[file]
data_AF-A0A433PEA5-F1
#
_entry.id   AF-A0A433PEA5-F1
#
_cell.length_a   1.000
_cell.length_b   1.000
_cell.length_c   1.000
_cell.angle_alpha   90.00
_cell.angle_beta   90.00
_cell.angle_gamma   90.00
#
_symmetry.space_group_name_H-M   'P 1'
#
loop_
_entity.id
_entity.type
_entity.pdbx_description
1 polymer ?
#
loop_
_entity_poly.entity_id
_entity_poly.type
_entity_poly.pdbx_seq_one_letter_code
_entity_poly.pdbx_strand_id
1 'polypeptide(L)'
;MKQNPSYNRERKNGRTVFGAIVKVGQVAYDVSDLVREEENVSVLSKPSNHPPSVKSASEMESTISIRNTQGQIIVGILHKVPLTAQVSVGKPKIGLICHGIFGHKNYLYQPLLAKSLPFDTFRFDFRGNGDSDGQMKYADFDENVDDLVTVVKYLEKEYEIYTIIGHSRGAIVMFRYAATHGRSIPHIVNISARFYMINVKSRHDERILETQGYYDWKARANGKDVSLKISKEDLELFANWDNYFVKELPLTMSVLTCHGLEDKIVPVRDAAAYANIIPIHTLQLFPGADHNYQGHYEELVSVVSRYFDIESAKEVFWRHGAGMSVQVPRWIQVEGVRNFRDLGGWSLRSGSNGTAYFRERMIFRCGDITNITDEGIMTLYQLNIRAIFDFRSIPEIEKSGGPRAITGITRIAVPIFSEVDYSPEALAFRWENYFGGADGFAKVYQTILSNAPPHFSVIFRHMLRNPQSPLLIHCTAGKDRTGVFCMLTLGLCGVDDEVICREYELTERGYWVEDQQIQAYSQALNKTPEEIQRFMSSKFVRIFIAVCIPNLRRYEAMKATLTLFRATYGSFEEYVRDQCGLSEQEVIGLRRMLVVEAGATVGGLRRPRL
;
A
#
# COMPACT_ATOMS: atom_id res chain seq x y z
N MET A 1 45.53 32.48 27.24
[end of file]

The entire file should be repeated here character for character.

data_AF-A0A433PEA5-F1
#
_entry.id   AF-A0A433PEA5-F1
#
_cell.length_a   1.000
_cell.length_b   1.000
_cell.length_c   1.000
_cell.angle_alpha   90.00
_cell.angle_beta   90.00
_cell.angle_gamma   90.00
#
_symmetry.space_group_name_H-M   'P 1'
#
loop_
_entity.id
_entity.type
_entity.pdbx_description
1 polymer ?
#
loop_
_entity_poly.entity_id
_entity_poly.type
_entity_poly.pdbx_seq_one_letter_code
_entity_poly.pdbx_strand_id
1 'polypeptide(L)'
;MKQNPSYNRERKNGRTVFGAIVKVGQVAYDVSDLVREEENVSVLSKPSNHPPSVKSASEMESTISIRNTQGQIIVGILHKVPLTAQVSVGKPKIGLICHGIFGHKNYLYQPLLAKSLPFDTFRFDFRGNGDSDGQMKYADFDENVDDLVTVVKYLEKEYEIYTIIGHSRGAIVMFRYAATHGRSIPHIVNISARFYMINVKSRHDERILETQGYYDWKARANGKDVSLKISKEDLELFANWDNYFVKELPLTMSVLTCHGLEDKIVPVRDAAAYANIIPIHTLQLFPGADHNYQGHYEELVSVVSRYFDIESAKEVFWRHGAGMSVQVPRWIQVEGVRNFRDLGGWSLRSGSNGTAYFRERMIFRCGDITNITDEGIMTLYQLNIRAIFDFRSIPEIEKSGGPRAITGITRIAVPIFSEVDYSPEALAFRWENYFGGADGFAKVYQTILSNAPPHFSVIFRHMLRNPQSPLLIHCTAGKDRTGVFCMLTLGLCGVDDEVICREYELTERGYWVEDQQIQAYSQALNKTPEEIQRFMSSKFVRIFIAVCIPNLRRYEAMKATLTLFRATYGSFEEYVRDQCGLSEQEVIGLRRMLVVEAGATVGGLRRPRL
;
A
#
# COMPACT_ATOMS: atom_id res chain seq x y z
N MET A 1 45.53 32.48 27.24